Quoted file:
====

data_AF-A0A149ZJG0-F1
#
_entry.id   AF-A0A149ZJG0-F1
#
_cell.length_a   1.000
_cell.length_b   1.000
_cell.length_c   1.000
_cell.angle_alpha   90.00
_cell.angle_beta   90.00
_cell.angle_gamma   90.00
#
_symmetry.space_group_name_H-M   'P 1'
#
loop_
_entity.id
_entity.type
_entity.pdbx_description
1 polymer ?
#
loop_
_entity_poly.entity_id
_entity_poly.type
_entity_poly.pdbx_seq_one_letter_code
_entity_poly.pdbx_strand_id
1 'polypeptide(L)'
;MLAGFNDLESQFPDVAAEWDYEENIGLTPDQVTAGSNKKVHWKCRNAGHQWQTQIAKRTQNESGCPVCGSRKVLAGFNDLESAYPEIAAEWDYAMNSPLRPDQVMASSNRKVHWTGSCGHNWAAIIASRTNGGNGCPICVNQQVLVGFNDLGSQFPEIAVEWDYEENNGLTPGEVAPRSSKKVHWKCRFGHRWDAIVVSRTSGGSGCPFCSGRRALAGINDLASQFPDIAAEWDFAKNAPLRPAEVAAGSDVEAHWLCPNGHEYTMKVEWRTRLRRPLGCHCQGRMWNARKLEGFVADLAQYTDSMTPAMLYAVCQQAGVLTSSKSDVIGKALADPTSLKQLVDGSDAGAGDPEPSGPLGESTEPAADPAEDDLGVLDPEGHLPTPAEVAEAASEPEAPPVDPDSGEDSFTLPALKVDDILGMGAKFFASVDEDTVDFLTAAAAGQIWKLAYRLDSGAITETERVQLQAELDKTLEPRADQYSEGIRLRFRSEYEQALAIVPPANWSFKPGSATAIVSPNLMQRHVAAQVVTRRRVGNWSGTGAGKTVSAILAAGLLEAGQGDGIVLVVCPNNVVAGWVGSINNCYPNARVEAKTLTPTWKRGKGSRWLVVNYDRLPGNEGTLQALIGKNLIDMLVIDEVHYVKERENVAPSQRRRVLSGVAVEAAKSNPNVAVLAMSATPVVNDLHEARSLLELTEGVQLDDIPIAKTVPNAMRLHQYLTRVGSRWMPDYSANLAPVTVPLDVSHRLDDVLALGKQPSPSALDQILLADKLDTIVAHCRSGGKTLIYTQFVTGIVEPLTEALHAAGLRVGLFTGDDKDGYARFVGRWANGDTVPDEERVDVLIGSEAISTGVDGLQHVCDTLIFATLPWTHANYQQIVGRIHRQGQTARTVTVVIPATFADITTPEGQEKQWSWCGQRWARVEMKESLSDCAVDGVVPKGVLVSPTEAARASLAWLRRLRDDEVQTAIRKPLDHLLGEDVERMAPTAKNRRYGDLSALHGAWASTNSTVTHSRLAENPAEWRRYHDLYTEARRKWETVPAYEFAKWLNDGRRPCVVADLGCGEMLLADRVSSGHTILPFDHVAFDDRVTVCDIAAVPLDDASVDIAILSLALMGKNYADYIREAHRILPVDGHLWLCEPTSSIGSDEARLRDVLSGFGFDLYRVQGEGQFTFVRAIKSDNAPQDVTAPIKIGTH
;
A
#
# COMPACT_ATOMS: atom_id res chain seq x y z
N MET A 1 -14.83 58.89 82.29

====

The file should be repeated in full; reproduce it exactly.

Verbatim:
data_AF-A0A149ZJG0-F1
#
_entry.id   AF-A0A149ZJG0-F1
#
_cell.length_a   1.000
_cell.length_b   1.000
_cell.length_c   1.000
_cell.angle_alpha   90.00
_cell.angle_beta   90.00
_cell.angle_gamma   90.00
#
_symmetry.space_group_name_H-M   'P 1'
#
loop_
_entity.id
_entity.type
_entity.pdbx_description
1 polymer ?
#
loop_
_entity_poly.entity_id
_entity_poly.type
_entity_poly.pdbx_seq_one_letter_code
_entity_poly.pdbx_strand_id
1 'polypeptide(L)'
;MLAGFNDLESQFPDVAAEWDYEENIGLTPDQVTAGSNKKVHWKCRNAGHQWQTQIAKRTQNESGCPVCGSRKVLAGFNDLESAYPEIAAEWDYAMNSPLRPDQVMASSNRKVHWTGSCGHNWAAIIASRTNGGNGCPICVNQQVLVGFNDLGSQFPEIAVEWDYEENNGLTPGEVAPRSSKKVHWKCRFGHRWDAIVVSRTSGGSGCPFCSGRRALAGINDLASQFPDIAAEWDFAKNAPLRPAEVAAGSDVEAHWLCPNGHEYTMKVEWRTRLRRPLGCHCQGRMWNARKLEGFVADLAQYTDSMTPAMLYAVCQQAGVLTSSKSDVIGKALADPTSLKQLVDGSDAGAGDPEPSGPLGESTEPAADPAEDDLGVLDPEGHLPTPAEVAEAASEPEAPPVDPDSGEDSFTLPALKVDDILGMGAKFFASVDEDTVDFLTAAAAGQIWKLAYRLDSGAITETERVQLQAELDKTLEPRADQYSEGIRLRFRSEYEQALAIVPPANWSFKPGSATAIVSPNLMQRHVAAQVVTRRRVGNWSGTGAGKTVSAILAAGLLEAGQGDGIVLVVCPNNVVAGWVGSINNCYPNARVEAKTLTPTWKRGKGSRWLVVNYDRLPGNEGTLQALIGKNLIDMLVIDEVHYVKERENVAPSQRRRVLSGVAVEAAKSNPNVAVLAMSATPVVNDLHEARSLLELTEGVQLDDIPIAKTVPNAMRLHQYLTRVGSRWMPDYSANLAPVTVPLDVSHRLDDVLALGKQPSPSALDQILLADKLDTIVAHCRSGGKTLIYTQFVTGIVEPLTEALHAAGLRVGLFTGDDKDGYARFVGRWANGDTVPDEERVDVLIGSEAISTGVDGLQHVCDTLIFATLPWTHANYQQIVGRIHRQGQTARTVTVVIPATFADITTPEGQEKQWSWCGQRWARVEMKESLSDCAVDGVVPKGVLVSPTEAARASLAWLRRLRDDEVQTAIRKPLDHLLGEDVERMAPTAKNRRYGDLSALHGAWASTNSTVTHSRLAENPAEWRRYHDLYTEARRKWETVPAYEFAKWLNDGRRPCVVADLGCGEMLLADRVSSGHTILPFDHVAFDDRVTVCDIAAVPLDDASVDIAILSLALMGKNYADYIREAHRILPVDGHLWLCEPTSSIGSDEARLRDVLSGFGFDLYRVQGEGQFTFVRAIKSDNAPQDVTAPIKIGTH
;
A
#
# COMPACT_ATOMS: atom_id res chain seq x y z
N MET A 1 -14.83 58.89 82.29